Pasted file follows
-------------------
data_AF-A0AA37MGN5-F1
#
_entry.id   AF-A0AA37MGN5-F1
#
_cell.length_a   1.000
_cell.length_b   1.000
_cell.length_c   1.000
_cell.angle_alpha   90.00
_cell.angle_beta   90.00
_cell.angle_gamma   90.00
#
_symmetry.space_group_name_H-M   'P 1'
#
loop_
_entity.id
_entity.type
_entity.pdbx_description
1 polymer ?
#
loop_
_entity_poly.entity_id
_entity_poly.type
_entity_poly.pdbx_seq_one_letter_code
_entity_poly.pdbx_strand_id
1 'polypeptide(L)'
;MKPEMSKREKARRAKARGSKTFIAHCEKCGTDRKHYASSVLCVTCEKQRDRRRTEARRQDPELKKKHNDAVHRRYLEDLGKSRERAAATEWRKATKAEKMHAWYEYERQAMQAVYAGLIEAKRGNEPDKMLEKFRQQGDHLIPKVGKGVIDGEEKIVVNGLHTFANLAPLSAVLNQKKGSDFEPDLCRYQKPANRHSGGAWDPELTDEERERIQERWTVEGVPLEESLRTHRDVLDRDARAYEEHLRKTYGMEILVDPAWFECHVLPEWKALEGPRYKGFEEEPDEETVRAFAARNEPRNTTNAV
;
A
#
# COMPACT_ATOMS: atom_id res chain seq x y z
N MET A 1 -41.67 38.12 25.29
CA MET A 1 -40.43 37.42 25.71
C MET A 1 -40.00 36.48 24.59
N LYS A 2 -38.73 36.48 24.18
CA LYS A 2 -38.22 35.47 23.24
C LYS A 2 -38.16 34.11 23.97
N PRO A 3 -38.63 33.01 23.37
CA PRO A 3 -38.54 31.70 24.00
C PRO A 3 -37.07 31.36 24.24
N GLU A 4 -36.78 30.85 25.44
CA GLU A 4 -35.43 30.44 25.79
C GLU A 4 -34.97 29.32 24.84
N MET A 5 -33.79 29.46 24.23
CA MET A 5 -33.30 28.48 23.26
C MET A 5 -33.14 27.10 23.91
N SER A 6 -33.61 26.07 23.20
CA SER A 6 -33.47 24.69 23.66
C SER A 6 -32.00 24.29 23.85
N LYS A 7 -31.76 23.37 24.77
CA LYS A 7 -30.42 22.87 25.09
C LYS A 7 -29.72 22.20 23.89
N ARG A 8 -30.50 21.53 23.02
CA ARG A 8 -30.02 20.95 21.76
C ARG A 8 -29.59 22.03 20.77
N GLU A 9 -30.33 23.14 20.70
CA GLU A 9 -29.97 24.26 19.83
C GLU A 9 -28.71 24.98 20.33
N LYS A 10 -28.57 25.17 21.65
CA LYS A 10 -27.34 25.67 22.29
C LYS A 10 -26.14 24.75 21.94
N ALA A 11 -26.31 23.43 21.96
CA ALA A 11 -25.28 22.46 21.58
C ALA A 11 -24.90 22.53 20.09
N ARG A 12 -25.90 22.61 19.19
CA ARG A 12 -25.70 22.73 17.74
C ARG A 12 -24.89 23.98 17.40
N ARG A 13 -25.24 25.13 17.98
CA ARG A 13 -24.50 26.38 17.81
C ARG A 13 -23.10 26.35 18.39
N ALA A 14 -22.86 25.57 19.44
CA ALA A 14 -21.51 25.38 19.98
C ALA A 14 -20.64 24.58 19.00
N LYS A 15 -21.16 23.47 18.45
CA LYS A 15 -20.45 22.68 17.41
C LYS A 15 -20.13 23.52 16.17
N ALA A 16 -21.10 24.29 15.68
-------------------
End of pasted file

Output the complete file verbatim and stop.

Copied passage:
data_AF-A0AA37MGN5-F1
#
_entry.id   AF-A0AA37MGN5-F1
#
_cell.length_a   1.000
_cell.length_b   1.000
_cell.length_c   1.000
_cell.angle_alpha   90.00
_cell.angle_beta   90.00
_cell.angle_gamma   90.00
#
_symmetry.space_group_name_H-M   'P 1'
#
loop_
_entity.id
_entity.type
_entity.pdbx_description
1 polymer ?
#
loop_
_entity_poly.entity_id
_entity_poly.type
_entity_poly.pdbx_seq_one_letter_code
_entity_poly.pdbx_strand_id
1 'polypeptide(L)'
;MKPEMSKREKARRAKARGSKTFIAHCEKCGTDRKHYASSVLCVTCEKQRDRRRTEARRQDPELKKKHNDAVHRRYLEDLGKSRERAAATEWRKATKAEKMHAWYEYERQAMQAVYAGLIEAKRGNEPDKMLEKFRQQGDHLIPKVGKGVIDGEEKIVVNGLHTFANLAPLSAVLNQKKGSDFEPDLCRYQKPANRHSGGAWDPELTDEERERIQERWTVEGVPLEESLRTHRDVLDRDARAYEEHLRKTYGMEILVDPAWFECHVLPEWKALEGPRYKGFEEEPDEETVRAFAARNEPRNTTNAV
;
A
#
# COMPACT_ATOMS: atom_id res chain seq x y z
N MET A 1 -41.67 38.12 25.29
CA MET A 1 -40.43 37.42 25.71
C MET A 1 -40.00 36.48 24.59
N LYS A 2 -38.73 36.48 24.18
CA LYS A 2 -38.22 35.47 23.24
C LYS A 2 -38.16 34.11 23.97
N PRO A 3 -38.63 33.01 23.37
CA PRO A 3 -38.54 31.70 24.00
C PRO A 3 -37.07 31.36 24.24
N GLU A 4 -36.78 30.85 25.44
CA GLU A 4 -35.43 30.44 25.79
C GLU A 4 -34.97 29.32 24.84
N MET A 5 -33.79 29.46 24.23
CA MET A 5 -33.30 28.48 23.26
C MET A 5 -33.14 27.10 23.91
N SER A 6 -33.61 26.07 23.20
CA SER A 6 -33.47 24.69 23.66
C SER A 6 -32.00 24.29 23.85
N LYS A 7 -31.76 23.37 24.77
CA LYS A 7 -30.42 22.87 25.09
C LYS A 7 -29.72 22.20 23.89
N ARG A 8 -30.50 21.53 23.02
CA ARG A 8 -30.02 20.95 21.76
C ARG A 8 -29.59 22.03 20.77
N GLU A 9 -30.33 23.14 20.70
CA GLU A 9 -29.97 24.26 19.83
C GLU A 9 -28.71 24.98 20.33
N LYS A 10 -28.57 25.17 21.65
CA LYS A 10 -27.34 25.67 22.29
C LYS A 10 -26.14 24.75 21.94
N ALA A 11 -26.31 23.43 21.96
CA ALA A 11 -25.28 22.46 21.58
C ALA A 11 -24.90 22.53 20.09
N ARG A 12 -25.90 22.61 19.19
CA ARG A 12 -25.70 22.73 17.74
C ARG A 12 -24.89 23.98 17.40
N ARG A 13 -25.24 25.13 17.98
CA ARG A 13 -24.50 26.38 17.81
C ARG A 13 -23.10 26.35 18.39
N ALA A 14 -22.86 25.57 19.44
CA ALA A 14 -21.51 25.38 19.98
C ALA A 14 -20.64 24.58 19.00
N LYS A 15 -21.16 23.47 18.45
CA LYS A 15 -20.45 22.68 17.41
C LYS A 15 -20.13 23.52 16.17
N ALA A 16 -21.10 24.29 15.68